Ask your LinkedIn network for career advice based on your specific profile. The experts there can help you further focus your job search and make the most of every outreach.

2) Ask the Experts

If you are trying to break into a new field or applying for a position that is new to you, the best way to learn is to interview someone who is already doing that job. Whether you are an IT worker dreaming of a career in marketing or an advertising executive who wants to work in the restaurant industry, expert advice is essential to a focused job search.

job search | Ian Jenkins
job Search Tip: Interview industry veterans to learn how to land your next job

Interviewing people who are currently employed in your chosen field may not be as difficult or intimidating as you fear. If you cannot find any local candidates, just head to the Internet and look for potential prospects. Reaching out to individuals on LinkedIn, Facebook and other social media sites is the perfect way to find people who are eager to talk about what they do and how they got their start in the industry they love. People love to talk about their careers, so grab your keyboard and get started.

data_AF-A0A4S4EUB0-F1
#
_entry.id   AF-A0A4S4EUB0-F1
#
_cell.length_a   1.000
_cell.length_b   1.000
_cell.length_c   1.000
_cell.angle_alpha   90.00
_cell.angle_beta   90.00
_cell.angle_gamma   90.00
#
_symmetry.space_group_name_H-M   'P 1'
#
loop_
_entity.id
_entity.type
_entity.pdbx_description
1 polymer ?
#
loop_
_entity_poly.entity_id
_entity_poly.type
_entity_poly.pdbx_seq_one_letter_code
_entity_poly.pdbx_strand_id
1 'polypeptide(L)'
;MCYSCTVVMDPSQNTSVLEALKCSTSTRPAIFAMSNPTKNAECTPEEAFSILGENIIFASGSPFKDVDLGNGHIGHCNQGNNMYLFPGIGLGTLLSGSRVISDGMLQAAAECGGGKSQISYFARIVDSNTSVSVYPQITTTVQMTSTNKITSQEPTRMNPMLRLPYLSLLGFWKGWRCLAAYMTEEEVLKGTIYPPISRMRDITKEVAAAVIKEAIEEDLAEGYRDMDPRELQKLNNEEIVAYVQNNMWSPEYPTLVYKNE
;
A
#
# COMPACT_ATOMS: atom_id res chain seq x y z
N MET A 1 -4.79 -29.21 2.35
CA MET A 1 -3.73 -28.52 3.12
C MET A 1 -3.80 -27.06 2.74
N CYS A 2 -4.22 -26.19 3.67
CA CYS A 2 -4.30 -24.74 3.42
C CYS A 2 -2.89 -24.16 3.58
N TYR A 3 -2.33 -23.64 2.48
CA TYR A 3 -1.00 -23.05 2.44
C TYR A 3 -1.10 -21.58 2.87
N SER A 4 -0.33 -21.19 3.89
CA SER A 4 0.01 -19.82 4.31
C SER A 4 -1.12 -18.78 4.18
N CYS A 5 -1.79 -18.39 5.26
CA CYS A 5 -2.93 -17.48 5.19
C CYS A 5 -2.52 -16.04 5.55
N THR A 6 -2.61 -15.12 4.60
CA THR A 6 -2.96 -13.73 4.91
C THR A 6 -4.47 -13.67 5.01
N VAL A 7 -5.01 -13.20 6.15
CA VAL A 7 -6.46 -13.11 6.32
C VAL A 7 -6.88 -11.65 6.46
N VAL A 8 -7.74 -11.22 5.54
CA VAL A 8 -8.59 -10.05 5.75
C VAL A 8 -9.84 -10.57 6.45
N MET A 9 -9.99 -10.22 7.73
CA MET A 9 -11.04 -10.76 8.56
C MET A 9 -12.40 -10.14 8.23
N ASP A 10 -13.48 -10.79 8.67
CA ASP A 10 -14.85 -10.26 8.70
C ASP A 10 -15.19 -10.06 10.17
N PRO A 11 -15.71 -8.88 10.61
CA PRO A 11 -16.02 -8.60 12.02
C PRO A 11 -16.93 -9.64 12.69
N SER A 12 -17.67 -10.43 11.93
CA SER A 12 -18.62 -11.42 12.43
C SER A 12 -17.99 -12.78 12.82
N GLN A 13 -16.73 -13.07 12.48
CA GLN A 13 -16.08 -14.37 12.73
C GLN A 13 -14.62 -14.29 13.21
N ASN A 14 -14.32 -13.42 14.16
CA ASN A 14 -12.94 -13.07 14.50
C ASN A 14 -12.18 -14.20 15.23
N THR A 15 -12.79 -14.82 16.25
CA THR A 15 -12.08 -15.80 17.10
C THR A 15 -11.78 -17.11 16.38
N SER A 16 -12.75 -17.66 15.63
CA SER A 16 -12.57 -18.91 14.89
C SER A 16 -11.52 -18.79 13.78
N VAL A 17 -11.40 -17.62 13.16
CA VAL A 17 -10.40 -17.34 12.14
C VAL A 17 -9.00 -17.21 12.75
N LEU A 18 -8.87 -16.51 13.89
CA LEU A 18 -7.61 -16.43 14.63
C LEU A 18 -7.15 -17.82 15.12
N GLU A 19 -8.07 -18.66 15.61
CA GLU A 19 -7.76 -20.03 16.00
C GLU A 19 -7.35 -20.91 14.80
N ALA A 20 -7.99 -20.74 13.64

Be sure to ask plenty of questions during your informal interview. If you are new to the industry, you may have a distorted picture of how it works and what it takes to succeed. Asking your interviewee what they like about their job is a great place to start, but do not forget to ask about the things they hate.

3) Get The Big Picture

Getting the big picture is especially important if you are dreaming of a career in a seemingly glamorous industry like television or radio. It might look like fun and games from the outside, but talking to someone in the bowels of the industry is likely to be an eye opener. A 2011 Gallup poll revealed that some 70% of workers hate their jobs, so do not assume that breaking into a new industry will be the answer to all your problems.

job search | Ian Jenkins
Job Search Tip: Get the big picture to discover how to get your breakthrough

At the very least, you will learn valuable things you need to know for your job search – like how people typically come into the industry, typical qualifications and the best way to reach out to the people with the power to hire you.